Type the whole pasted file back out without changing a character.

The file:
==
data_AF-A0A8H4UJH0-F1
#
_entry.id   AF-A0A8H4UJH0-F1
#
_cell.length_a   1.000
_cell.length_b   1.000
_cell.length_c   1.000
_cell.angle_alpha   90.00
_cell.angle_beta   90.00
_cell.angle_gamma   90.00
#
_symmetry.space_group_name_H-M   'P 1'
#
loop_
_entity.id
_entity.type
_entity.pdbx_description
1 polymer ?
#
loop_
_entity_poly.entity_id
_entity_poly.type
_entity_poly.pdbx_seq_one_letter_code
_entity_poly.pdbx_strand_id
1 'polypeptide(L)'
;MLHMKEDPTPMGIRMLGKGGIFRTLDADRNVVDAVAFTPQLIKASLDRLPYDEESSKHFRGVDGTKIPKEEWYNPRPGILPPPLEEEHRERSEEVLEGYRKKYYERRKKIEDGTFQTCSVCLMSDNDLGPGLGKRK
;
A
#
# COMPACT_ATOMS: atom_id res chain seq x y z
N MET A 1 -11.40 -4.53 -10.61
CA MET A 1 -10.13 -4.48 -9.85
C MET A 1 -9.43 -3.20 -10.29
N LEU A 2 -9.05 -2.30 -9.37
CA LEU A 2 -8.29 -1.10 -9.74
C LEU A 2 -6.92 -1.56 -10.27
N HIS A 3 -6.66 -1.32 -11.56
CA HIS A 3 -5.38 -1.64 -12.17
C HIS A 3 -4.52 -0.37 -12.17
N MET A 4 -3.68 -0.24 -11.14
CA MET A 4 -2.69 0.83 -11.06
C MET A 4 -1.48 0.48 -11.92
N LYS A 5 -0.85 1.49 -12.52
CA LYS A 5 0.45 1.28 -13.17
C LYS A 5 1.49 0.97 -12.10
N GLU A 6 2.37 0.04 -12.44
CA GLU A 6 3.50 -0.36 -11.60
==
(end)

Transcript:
data_AF-A0A8H4UJH0-F1
#
_entry.id   AF-A0A8H4UJH0-F1
#
_cell.length_a   1.000
_cell.length_b   1.000
_cell.length_c   1.000
_cell.angle_alpha   90.00
_cell.angle_beta   90.00
_cell.angle_gamma   90.00
#
_symmetry.space_group_name_H-M   'P 1'
#
loop_
_entity.id
_entity.type
_entity.pdbx_description
1 polymer ?
#
loop_
_entity_poly.entity_id
_entity_poly.type
_entity_poly.pdbx_seq_one_letter_code
_entity_poly.pdbx_strand_id
1 'polypeptide(L)'
;MLHMKEDPTPMGIRMLGKGGIFRTLDADRNVVDAVAFTPQLIKASLDRLPYDEESSKHFRGVDGTKIPKEEWYNPRPGILPPPLEEEHRERSEEVLEGYRKKYYERRKKIEDGTFQTCSVCLMSDNDLGPGLGKRK
;
A
#
# COMPACT_ATOMS: atom_id res chain seq x y z
N MET A 1 -11.40 -4.53 -10.61
CA MET A 1 -10.13 -4.48 -9.85
C MET A 1 -9.43 -3.20 -10.29
N LEU A 2 -9.05 -2.30 -9.37
CA LEU A 2 -8.29 -1.10 -9.74
C LEU A 2 -6.92 -1.56 -10.27
N HIS A 3 -6.66 -1.32 -11.56
CA HIS A 3 -5.38 -1.64 -12.17
C HIS A 3 -4.52 -0.37 -12.17
N MET A 4 -3.68 -0.24 -11.14
CA MET A 4 -2.69 0.83 -11.06
C MET A 4 -1.48 0.48 -11.92
N LYS A 5 -0.85 1.49 -12.52
CA LYS A 5 0.45 1.28 -13.17
C LYS A 5 1.49 0.97 -12.10
N GLU A 6 2.37 0.04 -12.44
CA GLU A 6 3.50 -0.36 -11.60